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11 August 2012

Today's topic: More Than One Way

"You know there's always more than one way to say exactly what you mean to say." That's a line from a contemporary rock, power pop, pop rock song (pick a genre). Genres, now there's a whole other blog topic, and no, this isn't a blog about music but rather a struggle to make peace with certain perceptions.

When I was a kid... yes I know, when I was a kid dinosaurs roamed the Earth, but really, when I was a kid the lines of musical demarcation were much clearer than they are today. There was classical music, gospel, country, rock, pop, rhythm and blues, jazz, choral and barbershop... which if you think about it is a stylized form of choral music. I'm sure there are more so forgive me if I left out one of your favorites, or better yet, tell me about it.

I have my son to thank for introducing me to a whole new generation of music. I suppose it was inevitable that some of his music, today's music, would make its way into my ears. It seems only right that some of his favorite songs would become some of my favorites. He grew up listening to my favorite artists which is to say that some of my favorites are some of his favorites as well. It all washes back and forth, like the tide, at least between my son and his father.

There's always more than one way. I've found that to be true more often than not. In computer graphics there are often far too many ways to "say exactly what you mean." Having several "ways" can be a blessing as well as a burden. If I appear to live in a black and white world it isn't because I can't see gray or colors, it's because I'm looking for the ideal or best way, not just "a" way. I hope that makes sense.

One can approach depiction of a floral still life in the manner of a Jackson Pollock or perhaps as Georges Braque or in any of a number of other styles including black and white photography. Each approach has its own unique set of rules, if you will, which is to say you can't apply the photographic technique of "burning" (extra exposure given to an area or areas that need to be darkened) to an oil painting however you can darken an area or areas of a painting by using pigments that are darker than those around it.

In the illustration below, by painting each side of the "cube" a different shade of the same color, a 3 dimensional form appears, or at least the illusion of it. By painting all 3 sides the same color, the illusion disappears and the form takes on a flat, two dimensional look.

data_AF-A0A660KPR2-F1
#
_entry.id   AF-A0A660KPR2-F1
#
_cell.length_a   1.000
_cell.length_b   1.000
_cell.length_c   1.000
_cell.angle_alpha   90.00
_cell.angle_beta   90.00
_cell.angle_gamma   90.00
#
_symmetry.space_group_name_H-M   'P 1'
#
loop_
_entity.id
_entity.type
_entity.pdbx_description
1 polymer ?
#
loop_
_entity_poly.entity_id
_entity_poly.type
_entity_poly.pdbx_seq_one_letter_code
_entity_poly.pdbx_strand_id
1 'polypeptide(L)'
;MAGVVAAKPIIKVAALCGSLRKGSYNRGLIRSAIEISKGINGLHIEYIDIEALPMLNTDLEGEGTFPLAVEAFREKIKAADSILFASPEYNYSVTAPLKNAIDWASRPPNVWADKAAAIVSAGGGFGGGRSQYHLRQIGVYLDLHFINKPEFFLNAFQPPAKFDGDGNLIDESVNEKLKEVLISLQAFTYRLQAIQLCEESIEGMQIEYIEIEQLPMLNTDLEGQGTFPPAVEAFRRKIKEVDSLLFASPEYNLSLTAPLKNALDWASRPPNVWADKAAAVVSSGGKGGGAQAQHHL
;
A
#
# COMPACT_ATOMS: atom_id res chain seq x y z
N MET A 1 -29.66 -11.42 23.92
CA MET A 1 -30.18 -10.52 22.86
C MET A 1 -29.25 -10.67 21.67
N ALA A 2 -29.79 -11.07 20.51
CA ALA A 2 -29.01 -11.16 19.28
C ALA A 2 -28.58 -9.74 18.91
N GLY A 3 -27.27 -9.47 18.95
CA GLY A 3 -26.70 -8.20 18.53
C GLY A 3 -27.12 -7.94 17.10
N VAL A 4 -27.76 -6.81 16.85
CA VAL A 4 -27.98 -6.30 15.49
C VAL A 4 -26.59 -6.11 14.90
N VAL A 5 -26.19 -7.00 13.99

Green Cube

This is just one possibility, "one way to say exactly what I mean to say" when I say "green cube" in a graphical way. This is as simple as it gets. Anything less and the illusion fails. 2 shapes painted 3 different colors. 2 shapes? The side and the top are made from the same shape. One is in its original state while the other has been flipped horizontally and then rotated 90 degrees.

Computer graphics make it possible to undo your work if you don't like how the last step looks. Try that with oil painting, or better yet, with pen and ink. There are literally hundreds of ways one can "treat" a surface or shape to make it look like, well, darn near whatever you want. Some of those treatments are very predictable while others require experimentation to both discover and perfect. A current project has me looking for the best way to "erase" coffee stains from a handwritten note, written in pencil, no less, on the back of a black and white photo. Before computer graphics, how would you fix such a thing? You wouldn't.

The challenge in all creative endeavors is to find a method, a way that produces the most acceptable results, preferably one that is easy to remember and simple to replicate... a technique you can handle, time and again. If that requires trial and error, experimentation, analysis, a "this works but that doesn't" approach, so be it. Let them say what they will about "black and white" thinking. It's a critical building block of the creative process.

Q: Which came first, black and white photography or color photography?

A: Black and white photography predates color photography by almost 100 years.

Now answer me this, which came first, the chicken or the egg?


Until next time...

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